Wednesday, February 29, 2012 9:00AM - 9:12AM |
P29.00004: High-fidelity CZ gate for the quantum Von Neumann architecture Joydip Ghosh, Andrei Galiautdinov, Alexander Korotkov, Zhongyuan Zhou, Michael Geller, John Martinis The building block of a scalable superconducting quantum computer has recently been demonstrated [M. Mariantoni et al., Science 334, 61 (2011)]. This architecture consists of superconducting phase qubits capacitively coupled both to individual memory resonators as well as a common bus. In this work we investigate the fidelity of a CZ logic gate between a qubit and bus in a multi-qubit device. Our results show that it is possible to implement the CZ gate with 99.99\% intrinsic fidelity in 30ns with a simple two-parameter pulse profile (plus two Z rotations). An analytical error model is also developed to explain and extend this result. [Preview Abstract] |
Wednesday, February 29, 2012 9:12AM - 9:24AM |
P29.00005: High-fidelity gates towards a scalable superconducting quantum processor Jerry M. Chow, Antonio D. Corcoles, Jay M. Gambetta, Chad Rigetti, Blake R. Johnson, John A. Smolin, Seth Merkel, Stefano Poletto, Jim Rozen, Mary Beth Rothwell, George A. Keefe, Mark B. Ketchen, Matthias Steffen We experimentally explore the implementation of high-fidelity gates on multiple superconducting qubits coupled to multiple resonators. Having demonstrated all-microwave single and two qubit gates with fidelities $> 90\%$ on multi-qubit single-resonator systems, we expand the application to qubits across two resonators and investigate qubit coupling in this circuit. The coupled qubit-resonators are building blocks towards two-dimensional lattice networks for the application of surface code quantum error correction algorithms. [Preview Abstract] |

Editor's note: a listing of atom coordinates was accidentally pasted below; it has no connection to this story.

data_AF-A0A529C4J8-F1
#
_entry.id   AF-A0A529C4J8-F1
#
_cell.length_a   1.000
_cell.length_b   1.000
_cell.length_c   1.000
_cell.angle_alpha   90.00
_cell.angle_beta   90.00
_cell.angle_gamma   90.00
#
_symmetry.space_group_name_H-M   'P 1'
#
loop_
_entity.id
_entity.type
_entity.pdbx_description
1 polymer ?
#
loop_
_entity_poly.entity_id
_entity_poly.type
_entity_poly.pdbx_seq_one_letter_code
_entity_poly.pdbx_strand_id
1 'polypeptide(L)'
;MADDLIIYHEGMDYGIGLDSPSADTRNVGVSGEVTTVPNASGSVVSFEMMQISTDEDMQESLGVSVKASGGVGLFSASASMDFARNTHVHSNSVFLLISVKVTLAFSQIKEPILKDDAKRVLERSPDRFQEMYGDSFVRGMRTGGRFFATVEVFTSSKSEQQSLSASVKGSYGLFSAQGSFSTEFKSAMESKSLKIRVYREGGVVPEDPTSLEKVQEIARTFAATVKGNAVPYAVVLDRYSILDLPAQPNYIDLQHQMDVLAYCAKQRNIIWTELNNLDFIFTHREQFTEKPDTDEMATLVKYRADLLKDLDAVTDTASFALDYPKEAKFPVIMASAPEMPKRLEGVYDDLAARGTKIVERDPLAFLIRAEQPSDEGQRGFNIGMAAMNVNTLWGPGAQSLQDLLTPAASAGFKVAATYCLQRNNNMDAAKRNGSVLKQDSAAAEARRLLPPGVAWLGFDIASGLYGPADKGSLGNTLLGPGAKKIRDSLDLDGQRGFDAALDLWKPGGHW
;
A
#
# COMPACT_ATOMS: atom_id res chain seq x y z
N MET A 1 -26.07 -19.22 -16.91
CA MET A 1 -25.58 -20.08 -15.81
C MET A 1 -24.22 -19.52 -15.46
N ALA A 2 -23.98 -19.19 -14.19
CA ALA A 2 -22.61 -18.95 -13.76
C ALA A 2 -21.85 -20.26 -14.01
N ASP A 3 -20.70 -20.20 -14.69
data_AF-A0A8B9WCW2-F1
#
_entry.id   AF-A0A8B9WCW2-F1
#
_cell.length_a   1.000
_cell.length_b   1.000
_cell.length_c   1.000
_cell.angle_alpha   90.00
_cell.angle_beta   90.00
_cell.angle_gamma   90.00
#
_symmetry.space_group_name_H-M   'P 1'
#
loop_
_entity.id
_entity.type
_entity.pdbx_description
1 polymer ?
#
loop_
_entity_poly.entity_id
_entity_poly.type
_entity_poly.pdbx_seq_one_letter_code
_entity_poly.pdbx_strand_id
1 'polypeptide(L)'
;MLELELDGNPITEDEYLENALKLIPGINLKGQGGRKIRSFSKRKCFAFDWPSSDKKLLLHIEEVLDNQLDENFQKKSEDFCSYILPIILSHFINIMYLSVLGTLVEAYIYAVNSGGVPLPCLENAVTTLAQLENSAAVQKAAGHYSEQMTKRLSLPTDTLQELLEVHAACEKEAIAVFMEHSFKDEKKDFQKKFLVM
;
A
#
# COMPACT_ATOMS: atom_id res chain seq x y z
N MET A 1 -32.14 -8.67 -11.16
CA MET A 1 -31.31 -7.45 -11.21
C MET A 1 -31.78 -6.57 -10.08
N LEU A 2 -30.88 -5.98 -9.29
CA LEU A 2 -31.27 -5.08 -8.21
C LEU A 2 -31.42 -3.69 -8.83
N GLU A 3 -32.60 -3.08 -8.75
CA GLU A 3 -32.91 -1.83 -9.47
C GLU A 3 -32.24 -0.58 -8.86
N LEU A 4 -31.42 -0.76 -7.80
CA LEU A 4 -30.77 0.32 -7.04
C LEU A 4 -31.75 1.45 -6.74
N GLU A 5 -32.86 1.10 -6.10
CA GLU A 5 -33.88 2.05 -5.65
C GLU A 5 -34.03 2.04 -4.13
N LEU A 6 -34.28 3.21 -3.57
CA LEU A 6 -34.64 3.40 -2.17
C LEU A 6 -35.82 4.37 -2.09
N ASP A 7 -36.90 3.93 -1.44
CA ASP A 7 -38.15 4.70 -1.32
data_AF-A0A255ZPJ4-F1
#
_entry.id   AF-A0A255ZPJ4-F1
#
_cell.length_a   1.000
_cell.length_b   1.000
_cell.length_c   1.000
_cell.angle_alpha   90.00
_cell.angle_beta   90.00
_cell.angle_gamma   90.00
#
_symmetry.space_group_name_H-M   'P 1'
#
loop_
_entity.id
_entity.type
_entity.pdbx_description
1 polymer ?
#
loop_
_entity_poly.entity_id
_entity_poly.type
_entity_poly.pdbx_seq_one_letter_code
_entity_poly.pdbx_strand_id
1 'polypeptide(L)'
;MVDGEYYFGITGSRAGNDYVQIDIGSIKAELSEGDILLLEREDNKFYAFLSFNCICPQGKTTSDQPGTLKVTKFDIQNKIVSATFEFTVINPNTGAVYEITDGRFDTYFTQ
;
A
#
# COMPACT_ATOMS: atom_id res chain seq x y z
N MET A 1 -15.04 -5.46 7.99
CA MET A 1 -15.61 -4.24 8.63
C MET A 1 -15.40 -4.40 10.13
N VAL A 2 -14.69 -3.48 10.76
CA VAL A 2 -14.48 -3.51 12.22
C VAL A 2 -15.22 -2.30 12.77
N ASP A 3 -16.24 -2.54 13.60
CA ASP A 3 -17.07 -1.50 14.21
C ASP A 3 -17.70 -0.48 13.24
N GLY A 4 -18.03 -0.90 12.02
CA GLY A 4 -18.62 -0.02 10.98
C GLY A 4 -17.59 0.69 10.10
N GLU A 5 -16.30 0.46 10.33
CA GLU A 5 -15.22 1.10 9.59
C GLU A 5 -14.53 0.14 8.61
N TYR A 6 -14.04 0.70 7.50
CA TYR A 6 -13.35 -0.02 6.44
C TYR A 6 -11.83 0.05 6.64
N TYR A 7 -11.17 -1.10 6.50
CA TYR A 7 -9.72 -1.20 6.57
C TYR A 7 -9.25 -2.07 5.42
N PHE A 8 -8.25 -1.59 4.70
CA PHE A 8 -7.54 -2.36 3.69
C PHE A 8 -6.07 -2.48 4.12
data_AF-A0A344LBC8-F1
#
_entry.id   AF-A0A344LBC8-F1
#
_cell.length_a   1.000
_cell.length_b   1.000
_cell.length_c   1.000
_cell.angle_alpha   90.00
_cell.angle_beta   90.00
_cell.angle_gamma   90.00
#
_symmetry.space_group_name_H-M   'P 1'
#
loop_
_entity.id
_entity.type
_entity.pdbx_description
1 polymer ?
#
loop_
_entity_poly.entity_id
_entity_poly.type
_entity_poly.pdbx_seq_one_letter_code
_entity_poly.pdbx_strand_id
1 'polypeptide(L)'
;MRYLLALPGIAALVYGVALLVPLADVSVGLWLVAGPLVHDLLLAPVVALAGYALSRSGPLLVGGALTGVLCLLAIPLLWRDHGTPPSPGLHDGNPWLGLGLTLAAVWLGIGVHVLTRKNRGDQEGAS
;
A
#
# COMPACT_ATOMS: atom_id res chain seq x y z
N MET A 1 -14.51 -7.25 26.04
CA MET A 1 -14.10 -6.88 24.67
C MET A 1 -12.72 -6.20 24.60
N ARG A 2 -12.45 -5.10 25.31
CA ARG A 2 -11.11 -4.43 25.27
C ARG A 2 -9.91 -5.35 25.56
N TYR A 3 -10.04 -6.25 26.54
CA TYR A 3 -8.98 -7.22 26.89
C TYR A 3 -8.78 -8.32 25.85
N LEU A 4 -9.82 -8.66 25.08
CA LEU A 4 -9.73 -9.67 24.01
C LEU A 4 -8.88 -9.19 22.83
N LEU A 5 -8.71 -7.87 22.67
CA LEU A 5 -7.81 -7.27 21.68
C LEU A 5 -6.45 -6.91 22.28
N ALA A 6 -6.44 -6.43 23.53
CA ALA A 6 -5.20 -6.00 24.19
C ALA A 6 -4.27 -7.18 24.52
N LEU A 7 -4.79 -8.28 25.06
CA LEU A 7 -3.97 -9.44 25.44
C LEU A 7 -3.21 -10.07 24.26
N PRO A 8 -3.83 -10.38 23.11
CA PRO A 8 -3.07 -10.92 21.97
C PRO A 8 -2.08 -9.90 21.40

Wednesday, February 29, 2012 9:24AM - 9:36AM |
P29.00006: Driving two-qubit entanglement with an enhanced ZZ interaction in circuit QED Blake R. Johnson, C.A. Ryan, M.P. da Silva, J.M. Chow, J.M. Gambetta, S. Merkel, T. Ohki The quantum bus architecture is fast becoming a popular approach for coupling superconducting qubits [1,2]. With two fixed-frequency qubits coupled by a resonator, it is possible to engineer the system's frequencies such that the qubits experience a strong ZZ interaction. This interaction can be used as a resource for creating entanglement when needed, but can also be suppressed at will using appropriate decoupling sequences. We will show measurements of a device where this ZZ interaction is enhanced by interactions with higher-levels of superconducting transmon qubits. To achieve high-fidelity control in this regime, we employ robust composite pulses and optimal control methods to decouple the two-qubit interaction during single-qubit operations. The resulting system serves as a testbed for adapting control techniques from liquid-state NMR to fixed-frequency superconducting qubits.\\[4pt] [1] L. DiCarlo {\it el al}. Nature {\bf 460}, 240-244 (2009).\\[0pt] [2] Matteo Mariantoni {\it et al}. Science {\bf 334}, 61-65 (2011). [Preview Abstract] |
Wednesday, February 29, 2012 9:36AM - 9:48AM |
P29.00007: Controlling superconducting qubits in the presence of a strong, constant ZZ interaction Seth Merkel We look at the problem of optimal gate design in a system of two superconducting qubits coupled by a cavity. The system is designed to have a strong ``always on'' ZZ interaction, which is essential for two-qubit entangling gates, but presents a challenge for single qubit manipulation. Using pulse shaping ideas from NMR we are able to analytically derive single qubit gates that remove this unwanted coupling to 3rd order in the Magnus expansion, and applying DRAG corrections prevents leakage to higher oscillator levels. In the limit of strong cross-talk these pulses break down when the qubit being manipulated has a resonance close to the higher transition frequencies of the other, however we are still able to find high fidelity pulses numerically. [Preview Abstract] |